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Li's India trip to boost co-op, mutual trust

Xinhua | Updated: 2013-05-18 15:18

Li's India trip to boost co-op, mutual trust

Chinese Premier Li Keqiang meets an Indian youth delegation and Chinese youth representatives in Beijing, May 15, 2013. [Photo/Asianewsphoto]

BEIJING - China's Li Keqiang flies to India on Sunday for the first leg of his maiden foreign visit as premier, and the itinerary evinces the importance of bilateral ties.

During his stay, Li will hold talks with Indian Prime Minister Manmohan Singh, meet with President Pranab Mukherjee and other leaders, and deliver a speech on China-India ties. Also, the two sides will sign a series of cooperation agreements.

It is widely believed that the visit will help further remove suspicion and consolidate mutual trust between the two countries and forge a new type of strategic cooperative partnership to the benefit of both sides.


The two neighboring countries are both ancient civilizations, major developing countries and leading emerging-market economies.

These and many other similarities provide a sound reason for them to learn from each other and a solid foundation for them to further their strategic cooperative partnership.

With a combined population of more than 2.5 billion, the two countries, each boasting a burgeoning middle class, also provide enormous markets for the world.

Bilateral trade grew from $2.9 billion in 2000 to $61.7 billion in 2010, marking an increase of 20 folds in 10 years. In 2012, the volume reached $66.5 billion, according to statistics from the Chinese Ministry of Commerce.

China has now become India's second largest trade partner, and India is China's largest trade partner in South Asia.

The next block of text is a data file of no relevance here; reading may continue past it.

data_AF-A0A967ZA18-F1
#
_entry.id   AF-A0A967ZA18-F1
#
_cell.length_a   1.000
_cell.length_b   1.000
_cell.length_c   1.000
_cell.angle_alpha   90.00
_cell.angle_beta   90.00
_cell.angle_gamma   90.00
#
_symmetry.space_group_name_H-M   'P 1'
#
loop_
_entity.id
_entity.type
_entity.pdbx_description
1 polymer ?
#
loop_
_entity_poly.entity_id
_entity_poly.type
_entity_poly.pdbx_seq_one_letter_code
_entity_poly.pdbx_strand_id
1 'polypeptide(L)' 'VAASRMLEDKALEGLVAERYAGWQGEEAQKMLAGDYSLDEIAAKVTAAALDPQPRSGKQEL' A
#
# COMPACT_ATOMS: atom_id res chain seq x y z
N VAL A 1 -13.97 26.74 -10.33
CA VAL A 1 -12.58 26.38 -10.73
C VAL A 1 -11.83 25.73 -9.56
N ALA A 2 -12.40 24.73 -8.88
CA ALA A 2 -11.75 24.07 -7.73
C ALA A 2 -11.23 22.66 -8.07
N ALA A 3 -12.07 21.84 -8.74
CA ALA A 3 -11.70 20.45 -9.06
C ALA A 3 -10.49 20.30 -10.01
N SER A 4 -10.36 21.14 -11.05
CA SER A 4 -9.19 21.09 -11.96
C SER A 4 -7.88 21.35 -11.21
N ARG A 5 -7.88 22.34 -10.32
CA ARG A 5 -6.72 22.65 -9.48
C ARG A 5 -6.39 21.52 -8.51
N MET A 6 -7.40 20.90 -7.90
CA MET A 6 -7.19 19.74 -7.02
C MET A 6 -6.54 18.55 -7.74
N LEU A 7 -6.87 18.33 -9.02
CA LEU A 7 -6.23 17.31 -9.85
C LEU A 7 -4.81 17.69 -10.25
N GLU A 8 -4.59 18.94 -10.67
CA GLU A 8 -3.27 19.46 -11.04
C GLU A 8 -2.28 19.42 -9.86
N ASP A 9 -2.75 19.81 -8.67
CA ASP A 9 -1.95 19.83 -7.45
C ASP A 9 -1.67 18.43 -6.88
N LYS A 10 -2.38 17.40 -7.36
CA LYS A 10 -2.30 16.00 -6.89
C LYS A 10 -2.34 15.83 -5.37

"At such a growth rate, the two sides are expected to hit the designated target of $100 billion on schedule," Chinese vice-minister of Commerce Jiang Yaoping said Thursday at a press briefing, referring to the 2015 goal.

However, compared with the population and economic scale of the two countries, bilateral trade still has much potential to grow, said Jiang Jingkui, director of the Department of South Asian Languages at Peking University.

"They could strengthen cooperation in infrastructure construction in India and in medicine and IT products in China," he added.

On China's trade surplus with India, vice-minister Jiang said the trade imbalance between China and India is mainly due to differences in the two countries' economic structures.

China has never sought trade surplus, nor has China imposed any blocks on imports, the vice-minister added.

Given the many similarities China and India share in population scale and economic development potential, Jiang from Peking University said the two should also strengthen cooperation on multilateral platforms in such fields as climate change and global economic governance.

Jabin T. Jacob, assistant director at the Delhi-based Institute of Chinese Studies, said China and India should devote greater attention to each other.

As Asia's two rising powers, they have immense possibilities of cooperation, he said, noting that bilateral cooperation has already started under the frameworks of BRICS and the G20.

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